Sydney to SODA (Drishtee Feb’18)

Through UTS BUILD, I participated in the Drishtee Immersion Program (February 2018). The program facilitates empowering immersive experiences in rural India. I was based in Soda Village, sixty kilometres from Jaipur in India’s desert state of Rajasthan. It is a sprawled-out community whose residents share a rich culture and a way of life so unique and vastly different to one I have in Australia.

My Drishtee immersion was raw, deeply humbling and inspiring. I will never be able to truly describe what I experienced or the emotions I felt and ultimately the cherished memories that will have a lasting effect on me. The incredible people I met helped me learn and discover more about myself and what I would like to accomplish in the future. The program focused on developing empathy and cross-cultural ability through authentic encounters and assisting in creating innovative and sustainable positive impacts. The experience had 3 phases: firstly, entering the community and participating in village life, then secondly participating in workshops and thirdly, the innovation stage where we took part in co-creation with the village partners.

I thought the best way to describe my experience was to share my favourite memories and highlights from the trip. First of all, every day was unique whether it was visiting a school or hospital, or witnessing a religious festival, chopping wheat in the fields with the farmers, or just walking around the village all of which made for a very dynamic and intense three weeks.


One highlight was our first day where we were welcomed into the village and greeted with traditional customs, loud music, decorated horses and dancing women. The ceremony gave me the opportunity to meet children, mothers and many influential community leaders. The cultural customs and generosity of the welcome was incredible, and I have never felt so overwhelmed by positivity and love. Despite the language and cultural barriers, I was able to connect with people purely by building story-telling techniques or simply by sharing a moment together where words were not necessary. Some of my favourite memories are when I was simply sitting in people’s homes, sipping masala chai talking and listening about their families, work, experiences, their hopes and dreams or telling them about my life and where I came from.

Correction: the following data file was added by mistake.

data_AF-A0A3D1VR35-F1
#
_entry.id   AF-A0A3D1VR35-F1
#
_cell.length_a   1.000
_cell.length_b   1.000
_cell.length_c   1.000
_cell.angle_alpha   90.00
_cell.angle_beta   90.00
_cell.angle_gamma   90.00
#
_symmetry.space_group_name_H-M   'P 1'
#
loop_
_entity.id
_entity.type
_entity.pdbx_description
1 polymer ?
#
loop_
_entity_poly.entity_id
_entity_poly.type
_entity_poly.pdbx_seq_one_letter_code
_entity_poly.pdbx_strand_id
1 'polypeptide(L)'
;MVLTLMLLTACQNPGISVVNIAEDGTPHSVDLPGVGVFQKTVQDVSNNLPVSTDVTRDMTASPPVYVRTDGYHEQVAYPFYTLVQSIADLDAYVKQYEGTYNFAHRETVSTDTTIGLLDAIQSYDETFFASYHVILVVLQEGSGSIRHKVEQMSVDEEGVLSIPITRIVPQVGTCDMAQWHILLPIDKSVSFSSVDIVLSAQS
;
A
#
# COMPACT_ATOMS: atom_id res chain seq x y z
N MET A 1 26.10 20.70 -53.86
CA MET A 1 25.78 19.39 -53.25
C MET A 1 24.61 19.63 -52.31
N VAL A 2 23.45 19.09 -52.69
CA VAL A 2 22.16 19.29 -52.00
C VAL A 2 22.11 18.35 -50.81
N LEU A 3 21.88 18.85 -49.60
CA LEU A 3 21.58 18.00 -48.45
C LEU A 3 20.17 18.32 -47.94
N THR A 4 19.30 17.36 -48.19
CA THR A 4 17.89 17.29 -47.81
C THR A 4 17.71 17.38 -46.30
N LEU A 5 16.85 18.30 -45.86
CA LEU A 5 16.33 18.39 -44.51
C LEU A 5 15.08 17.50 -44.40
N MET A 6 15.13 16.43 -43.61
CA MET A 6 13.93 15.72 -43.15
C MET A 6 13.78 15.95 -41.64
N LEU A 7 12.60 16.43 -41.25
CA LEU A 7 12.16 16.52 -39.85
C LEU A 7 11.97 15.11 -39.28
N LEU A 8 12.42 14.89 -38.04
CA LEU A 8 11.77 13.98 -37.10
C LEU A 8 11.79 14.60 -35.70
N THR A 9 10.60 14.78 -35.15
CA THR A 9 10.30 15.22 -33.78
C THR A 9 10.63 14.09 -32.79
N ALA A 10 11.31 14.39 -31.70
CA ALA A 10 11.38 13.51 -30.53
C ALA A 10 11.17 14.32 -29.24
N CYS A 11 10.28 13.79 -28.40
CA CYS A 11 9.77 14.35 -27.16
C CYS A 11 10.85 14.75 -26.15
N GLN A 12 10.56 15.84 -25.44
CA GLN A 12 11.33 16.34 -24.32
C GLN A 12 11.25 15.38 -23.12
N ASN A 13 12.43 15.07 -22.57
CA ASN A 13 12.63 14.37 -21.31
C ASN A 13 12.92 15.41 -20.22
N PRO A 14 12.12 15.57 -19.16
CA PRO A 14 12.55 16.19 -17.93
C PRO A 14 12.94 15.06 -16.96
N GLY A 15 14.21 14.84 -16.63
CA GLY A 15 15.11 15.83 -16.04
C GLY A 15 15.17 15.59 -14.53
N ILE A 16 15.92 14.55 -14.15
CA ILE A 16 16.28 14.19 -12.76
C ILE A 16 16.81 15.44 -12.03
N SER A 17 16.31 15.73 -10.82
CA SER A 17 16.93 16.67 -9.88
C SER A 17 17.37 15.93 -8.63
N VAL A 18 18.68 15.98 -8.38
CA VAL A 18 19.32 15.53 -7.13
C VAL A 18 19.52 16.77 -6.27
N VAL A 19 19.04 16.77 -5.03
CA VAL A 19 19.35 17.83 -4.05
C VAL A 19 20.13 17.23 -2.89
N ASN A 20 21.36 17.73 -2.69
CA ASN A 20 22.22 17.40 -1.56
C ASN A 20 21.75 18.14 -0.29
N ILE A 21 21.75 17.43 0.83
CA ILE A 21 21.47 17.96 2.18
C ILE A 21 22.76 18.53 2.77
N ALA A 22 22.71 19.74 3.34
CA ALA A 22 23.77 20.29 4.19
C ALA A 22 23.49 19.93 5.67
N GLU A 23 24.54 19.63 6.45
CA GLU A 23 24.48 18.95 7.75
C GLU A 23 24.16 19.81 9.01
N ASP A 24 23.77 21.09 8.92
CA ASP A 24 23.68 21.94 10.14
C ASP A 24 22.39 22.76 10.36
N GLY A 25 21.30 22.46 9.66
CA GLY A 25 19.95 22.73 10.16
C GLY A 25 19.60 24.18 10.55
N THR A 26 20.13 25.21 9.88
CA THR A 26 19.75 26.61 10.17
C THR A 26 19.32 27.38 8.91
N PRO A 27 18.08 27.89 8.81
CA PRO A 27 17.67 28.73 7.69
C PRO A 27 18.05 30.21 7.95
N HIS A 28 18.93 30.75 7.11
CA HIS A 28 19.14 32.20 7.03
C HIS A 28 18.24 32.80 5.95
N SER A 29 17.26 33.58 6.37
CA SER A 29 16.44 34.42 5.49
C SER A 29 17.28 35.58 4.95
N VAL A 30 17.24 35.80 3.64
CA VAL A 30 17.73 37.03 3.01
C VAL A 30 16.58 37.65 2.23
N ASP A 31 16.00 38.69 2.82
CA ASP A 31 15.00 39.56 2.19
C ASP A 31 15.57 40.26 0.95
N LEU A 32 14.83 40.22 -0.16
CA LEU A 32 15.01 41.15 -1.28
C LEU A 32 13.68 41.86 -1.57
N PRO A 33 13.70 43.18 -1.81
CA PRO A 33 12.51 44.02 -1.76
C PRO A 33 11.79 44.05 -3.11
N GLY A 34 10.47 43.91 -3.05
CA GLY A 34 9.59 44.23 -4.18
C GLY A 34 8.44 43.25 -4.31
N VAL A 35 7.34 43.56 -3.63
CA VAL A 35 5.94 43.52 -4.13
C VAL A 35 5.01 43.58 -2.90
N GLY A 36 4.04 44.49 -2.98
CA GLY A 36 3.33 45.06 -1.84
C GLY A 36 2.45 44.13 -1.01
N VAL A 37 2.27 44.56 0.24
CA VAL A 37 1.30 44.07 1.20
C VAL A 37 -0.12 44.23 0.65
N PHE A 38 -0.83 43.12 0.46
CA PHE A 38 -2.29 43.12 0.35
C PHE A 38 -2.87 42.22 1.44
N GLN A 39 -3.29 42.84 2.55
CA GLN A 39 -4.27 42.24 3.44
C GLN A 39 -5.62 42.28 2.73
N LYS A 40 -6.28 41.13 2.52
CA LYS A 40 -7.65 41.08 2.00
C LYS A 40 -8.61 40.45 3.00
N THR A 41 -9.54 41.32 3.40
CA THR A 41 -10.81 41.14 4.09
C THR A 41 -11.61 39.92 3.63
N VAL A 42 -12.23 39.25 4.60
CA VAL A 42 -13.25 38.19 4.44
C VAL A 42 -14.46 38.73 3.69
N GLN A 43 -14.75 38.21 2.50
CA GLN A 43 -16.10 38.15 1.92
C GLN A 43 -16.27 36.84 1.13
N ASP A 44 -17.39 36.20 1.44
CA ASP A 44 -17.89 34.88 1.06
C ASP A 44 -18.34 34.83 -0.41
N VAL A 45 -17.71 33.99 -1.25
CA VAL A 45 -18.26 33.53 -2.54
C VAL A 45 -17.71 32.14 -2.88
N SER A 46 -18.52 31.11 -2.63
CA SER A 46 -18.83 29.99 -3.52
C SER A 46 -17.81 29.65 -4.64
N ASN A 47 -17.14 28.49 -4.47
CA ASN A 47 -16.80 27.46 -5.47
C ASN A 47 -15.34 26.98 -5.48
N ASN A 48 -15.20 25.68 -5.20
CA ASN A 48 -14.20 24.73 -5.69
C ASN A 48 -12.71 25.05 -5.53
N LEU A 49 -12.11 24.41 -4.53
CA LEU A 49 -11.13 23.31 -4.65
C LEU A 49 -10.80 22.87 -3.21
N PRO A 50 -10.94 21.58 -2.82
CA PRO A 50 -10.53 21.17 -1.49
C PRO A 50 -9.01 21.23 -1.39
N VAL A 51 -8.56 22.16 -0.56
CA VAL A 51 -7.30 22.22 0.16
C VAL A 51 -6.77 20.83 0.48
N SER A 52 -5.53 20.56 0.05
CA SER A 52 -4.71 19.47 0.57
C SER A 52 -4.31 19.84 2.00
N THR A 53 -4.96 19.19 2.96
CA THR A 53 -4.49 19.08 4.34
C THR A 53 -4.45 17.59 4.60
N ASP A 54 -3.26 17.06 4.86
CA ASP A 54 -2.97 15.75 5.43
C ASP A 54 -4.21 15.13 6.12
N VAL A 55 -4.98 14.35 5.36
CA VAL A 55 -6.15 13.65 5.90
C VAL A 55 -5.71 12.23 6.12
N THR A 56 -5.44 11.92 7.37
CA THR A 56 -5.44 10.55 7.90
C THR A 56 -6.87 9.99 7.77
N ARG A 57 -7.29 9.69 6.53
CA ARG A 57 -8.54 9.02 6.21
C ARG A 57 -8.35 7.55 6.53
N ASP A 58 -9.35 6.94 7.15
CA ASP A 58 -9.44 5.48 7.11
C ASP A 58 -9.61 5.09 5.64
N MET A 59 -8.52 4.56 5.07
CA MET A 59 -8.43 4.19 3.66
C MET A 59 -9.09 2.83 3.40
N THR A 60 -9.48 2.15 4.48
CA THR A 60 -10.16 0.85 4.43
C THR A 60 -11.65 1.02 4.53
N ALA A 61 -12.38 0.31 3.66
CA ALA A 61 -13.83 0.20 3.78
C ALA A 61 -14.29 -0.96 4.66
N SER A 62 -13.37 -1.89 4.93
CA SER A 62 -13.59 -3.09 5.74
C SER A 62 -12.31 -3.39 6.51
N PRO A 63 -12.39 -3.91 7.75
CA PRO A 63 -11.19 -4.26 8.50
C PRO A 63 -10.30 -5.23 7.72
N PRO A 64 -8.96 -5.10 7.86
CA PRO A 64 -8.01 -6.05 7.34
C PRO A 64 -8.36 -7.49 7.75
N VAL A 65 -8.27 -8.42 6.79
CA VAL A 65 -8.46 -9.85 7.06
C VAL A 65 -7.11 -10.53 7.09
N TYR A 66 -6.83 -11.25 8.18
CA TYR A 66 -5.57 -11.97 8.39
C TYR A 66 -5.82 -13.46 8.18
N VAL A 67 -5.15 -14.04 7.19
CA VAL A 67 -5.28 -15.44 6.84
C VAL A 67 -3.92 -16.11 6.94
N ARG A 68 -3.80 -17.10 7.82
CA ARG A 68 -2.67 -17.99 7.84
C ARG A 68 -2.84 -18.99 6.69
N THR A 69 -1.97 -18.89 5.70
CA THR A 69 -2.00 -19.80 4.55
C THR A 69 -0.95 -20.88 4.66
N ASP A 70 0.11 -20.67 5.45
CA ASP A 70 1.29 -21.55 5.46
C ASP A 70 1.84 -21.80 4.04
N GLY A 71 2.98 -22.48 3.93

It was from these conversations I was able to build authentic and meaningful connections with people. Simply walking around the community and observing daily life was fascinating and I felt thankful of the opportunity I was given. Watching men huddled in groups played cards, children running and yelling playing cricket, women herding their goats and cows to the fields or cooking fresh chapati over a fire or even watching the sunset on the rooftop were some of my favourite memories.


Another highpoint was during the final phases where we began workshops with our village partners exploring and producing exciting ideas. The specific area I focused on was women’s empowerment, a very broad, complicated and sensitive issue which proved to be quite a challenge. However, my passion for gender equality combined with village collaboration created a journey of understanding of this multi-layered issue. It involved talking many different women in the community, visiting schools, hospitals, spending a day with a family or going out into the agricultural fields. The root of many community issues is entrenched within historical, environmental and cultural foundations. Consequently, we needed to create ways of slowly releasing empowerment and independence for women whilst preserving culture and livelihood.


My partner Anastasia and I closely examined women’s needs such as earning an alternative income, building self-confidence, creating social support and breaking down of firmly entrenched gender roles. Our idea was an all-women’s sewing group which utilises a skill which is already within the community and is easy to learn for the untrained. This would give them the ability to earn extra income which is directly given to them. The sewing group would also assist in preserving and enriching social bonds and give a sense of community to these women.

One of the inspirations for our project was a lady who faced many problems and challenges which we decided to address in an initial proto-type. The lady owned a shop but had recently become a widow and expressed to us that she now needed extra income and wanted to utilise her sewing skills with other women in the community. We also came across many other hard-working women eager for extra income, particularly those whose main source of income was working in the fields.


Finally, another highlight was sharing these experiences with other UTS students and the Immersion Facilitators. Although we had not met prior to the Immersion, we all bonded and gave each other support either through our projects, laughing and exchanging stories at mealtimes or playing a quick game of frisbee in our spare time. I was so impressed and inspired and by the work everyone was involved in. I will never forget the friendships and the connections we made together. My time in India and my Drishtee Immersion experience was a very special opportunity which I would highly recommend to other students. I would like to say thank you to UTS BUILD, Drishtee Immersion, the Facilitators and Organisers and the UTS students who joined me for making this experience one I’ll always treasure and will never forget.



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